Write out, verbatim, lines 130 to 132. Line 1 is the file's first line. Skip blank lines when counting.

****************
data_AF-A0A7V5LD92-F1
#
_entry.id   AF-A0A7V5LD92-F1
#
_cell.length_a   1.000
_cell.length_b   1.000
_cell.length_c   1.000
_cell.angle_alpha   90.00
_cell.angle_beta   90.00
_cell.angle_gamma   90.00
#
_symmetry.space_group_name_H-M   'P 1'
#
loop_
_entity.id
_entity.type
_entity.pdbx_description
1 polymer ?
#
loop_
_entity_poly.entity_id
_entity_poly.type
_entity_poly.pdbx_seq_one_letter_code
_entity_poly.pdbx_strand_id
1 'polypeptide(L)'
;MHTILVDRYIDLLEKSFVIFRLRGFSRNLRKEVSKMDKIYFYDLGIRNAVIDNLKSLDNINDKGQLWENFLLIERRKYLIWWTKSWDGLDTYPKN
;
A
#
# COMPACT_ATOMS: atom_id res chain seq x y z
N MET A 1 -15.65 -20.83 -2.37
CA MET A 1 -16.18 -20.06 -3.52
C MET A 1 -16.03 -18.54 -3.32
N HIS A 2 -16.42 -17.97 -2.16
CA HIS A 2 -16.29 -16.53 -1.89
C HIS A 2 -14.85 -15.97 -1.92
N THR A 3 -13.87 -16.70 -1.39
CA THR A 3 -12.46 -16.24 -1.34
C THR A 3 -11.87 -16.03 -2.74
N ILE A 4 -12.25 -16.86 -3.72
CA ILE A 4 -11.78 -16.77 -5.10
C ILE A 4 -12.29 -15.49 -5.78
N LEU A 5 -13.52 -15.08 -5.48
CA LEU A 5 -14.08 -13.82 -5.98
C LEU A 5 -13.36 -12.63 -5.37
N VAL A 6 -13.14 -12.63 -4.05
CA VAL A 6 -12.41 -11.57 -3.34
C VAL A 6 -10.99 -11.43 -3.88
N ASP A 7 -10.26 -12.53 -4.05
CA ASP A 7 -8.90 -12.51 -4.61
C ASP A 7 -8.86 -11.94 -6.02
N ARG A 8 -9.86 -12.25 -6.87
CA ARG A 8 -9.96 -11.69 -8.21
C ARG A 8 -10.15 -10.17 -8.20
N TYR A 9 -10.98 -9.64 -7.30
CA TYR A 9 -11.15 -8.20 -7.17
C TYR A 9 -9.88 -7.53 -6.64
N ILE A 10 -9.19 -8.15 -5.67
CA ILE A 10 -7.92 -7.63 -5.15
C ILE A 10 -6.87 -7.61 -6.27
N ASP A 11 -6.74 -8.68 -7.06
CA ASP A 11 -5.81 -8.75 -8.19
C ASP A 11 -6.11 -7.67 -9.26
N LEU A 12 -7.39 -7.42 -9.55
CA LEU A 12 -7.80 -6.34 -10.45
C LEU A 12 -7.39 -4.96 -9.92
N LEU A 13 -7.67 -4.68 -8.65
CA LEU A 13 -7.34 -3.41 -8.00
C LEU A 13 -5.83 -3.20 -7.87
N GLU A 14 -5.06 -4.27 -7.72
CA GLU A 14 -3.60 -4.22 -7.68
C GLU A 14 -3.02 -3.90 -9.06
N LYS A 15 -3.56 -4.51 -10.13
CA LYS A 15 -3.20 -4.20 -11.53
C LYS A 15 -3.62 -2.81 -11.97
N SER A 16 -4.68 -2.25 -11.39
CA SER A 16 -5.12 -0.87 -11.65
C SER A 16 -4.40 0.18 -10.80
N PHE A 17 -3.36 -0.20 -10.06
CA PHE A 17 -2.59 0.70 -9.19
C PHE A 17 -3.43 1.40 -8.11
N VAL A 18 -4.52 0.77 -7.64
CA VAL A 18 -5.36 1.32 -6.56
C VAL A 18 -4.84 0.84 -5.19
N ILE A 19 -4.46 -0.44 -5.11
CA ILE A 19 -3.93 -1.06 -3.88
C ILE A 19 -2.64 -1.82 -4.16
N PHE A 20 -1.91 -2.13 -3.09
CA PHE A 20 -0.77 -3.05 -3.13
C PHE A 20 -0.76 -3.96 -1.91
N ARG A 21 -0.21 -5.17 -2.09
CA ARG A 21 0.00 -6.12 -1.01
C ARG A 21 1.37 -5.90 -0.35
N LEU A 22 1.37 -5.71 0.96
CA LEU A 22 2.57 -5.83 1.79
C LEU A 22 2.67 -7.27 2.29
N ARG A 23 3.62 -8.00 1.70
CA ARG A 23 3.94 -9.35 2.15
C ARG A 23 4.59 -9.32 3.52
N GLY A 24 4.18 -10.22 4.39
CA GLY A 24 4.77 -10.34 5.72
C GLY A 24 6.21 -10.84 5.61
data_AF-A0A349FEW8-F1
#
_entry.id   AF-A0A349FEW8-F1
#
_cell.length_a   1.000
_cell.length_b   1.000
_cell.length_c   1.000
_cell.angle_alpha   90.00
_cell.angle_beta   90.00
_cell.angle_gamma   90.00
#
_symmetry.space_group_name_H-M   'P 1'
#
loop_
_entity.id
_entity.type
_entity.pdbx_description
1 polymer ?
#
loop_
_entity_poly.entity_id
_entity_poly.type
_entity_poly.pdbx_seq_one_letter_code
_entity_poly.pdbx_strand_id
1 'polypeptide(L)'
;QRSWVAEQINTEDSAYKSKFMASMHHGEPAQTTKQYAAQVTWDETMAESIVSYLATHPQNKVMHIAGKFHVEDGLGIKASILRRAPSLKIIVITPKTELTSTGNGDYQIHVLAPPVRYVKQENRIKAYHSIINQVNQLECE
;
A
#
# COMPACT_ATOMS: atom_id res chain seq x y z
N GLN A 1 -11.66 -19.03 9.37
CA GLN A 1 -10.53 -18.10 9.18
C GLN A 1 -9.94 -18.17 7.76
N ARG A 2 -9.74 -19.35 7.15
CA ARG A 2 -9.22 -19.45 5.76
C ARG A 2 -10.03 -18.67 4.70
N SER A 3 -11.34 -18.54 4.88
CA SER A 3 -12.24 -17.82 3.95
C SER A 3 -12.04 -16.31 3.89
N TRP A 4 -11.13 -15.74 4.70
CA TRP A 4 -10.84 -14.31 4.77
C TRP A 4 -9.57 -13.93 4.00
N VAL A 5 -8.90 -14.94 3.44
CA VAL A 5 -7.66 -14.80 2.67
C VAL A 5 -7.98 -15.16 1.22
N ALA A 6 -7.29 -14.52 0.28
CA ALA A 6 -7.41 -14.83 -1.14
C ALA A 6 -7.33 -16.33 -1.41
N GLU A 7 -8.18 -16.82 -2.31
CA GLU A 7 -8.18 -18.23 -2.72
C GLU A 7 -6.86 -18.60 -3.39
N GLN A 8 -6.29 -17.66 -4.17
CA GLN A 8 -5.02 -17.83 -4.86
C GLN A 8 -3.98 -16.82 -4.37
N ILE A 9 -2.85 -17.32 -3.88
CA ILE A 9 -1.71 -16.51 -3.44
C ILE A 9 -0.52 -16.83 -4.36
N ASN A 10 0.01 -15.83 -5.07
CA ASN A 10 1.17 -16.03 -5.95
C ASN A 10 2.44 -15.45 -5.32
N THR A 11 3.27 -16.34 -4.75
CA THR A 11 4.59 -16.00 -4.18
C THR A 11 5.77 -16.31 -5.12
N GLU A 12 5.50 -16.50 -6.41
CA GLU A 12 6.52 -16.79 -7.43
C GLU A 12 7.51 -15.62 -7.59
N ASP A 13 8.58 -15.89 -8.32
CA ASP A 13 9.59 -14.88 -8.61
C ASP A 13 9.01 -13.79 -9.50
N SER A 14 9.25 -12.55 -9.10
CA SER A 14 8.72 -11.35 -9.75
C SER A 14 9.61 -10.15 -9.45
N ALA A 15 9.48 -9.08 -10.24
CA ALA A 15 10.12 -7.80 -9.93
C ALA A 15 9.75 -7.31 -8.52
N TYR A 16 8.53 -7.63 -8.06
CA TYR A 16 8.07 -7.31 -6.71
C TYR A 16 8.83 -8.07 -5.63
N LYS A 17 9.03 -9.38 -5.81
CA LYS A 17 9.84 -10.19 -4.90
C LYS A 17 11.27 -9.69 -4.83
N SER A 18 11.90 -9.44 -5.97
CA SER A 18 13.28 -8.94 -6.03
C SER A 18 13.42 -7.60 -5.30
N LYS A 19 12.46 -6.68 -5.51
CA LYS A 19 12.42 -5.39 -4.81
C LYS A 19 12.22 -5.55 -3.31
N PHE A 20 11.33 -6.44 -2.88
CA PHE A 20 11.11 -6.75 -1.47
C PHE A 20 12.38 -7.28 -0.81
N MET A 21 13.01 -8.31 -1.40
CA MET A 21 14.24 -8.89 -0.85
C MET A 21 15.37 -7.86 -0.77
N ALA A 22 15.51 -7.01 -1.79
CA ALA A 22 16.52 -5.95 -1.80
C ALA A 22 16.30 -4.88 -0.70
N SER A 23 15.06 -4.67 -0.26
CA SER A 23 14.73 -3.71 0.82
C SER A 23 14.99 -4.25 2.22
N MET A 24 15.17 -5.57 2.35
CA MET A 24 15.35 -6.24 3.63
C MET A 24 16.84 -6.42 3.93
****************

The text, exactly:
A
#
# COMPACT_ATOMS: atom_id res chain seq x y z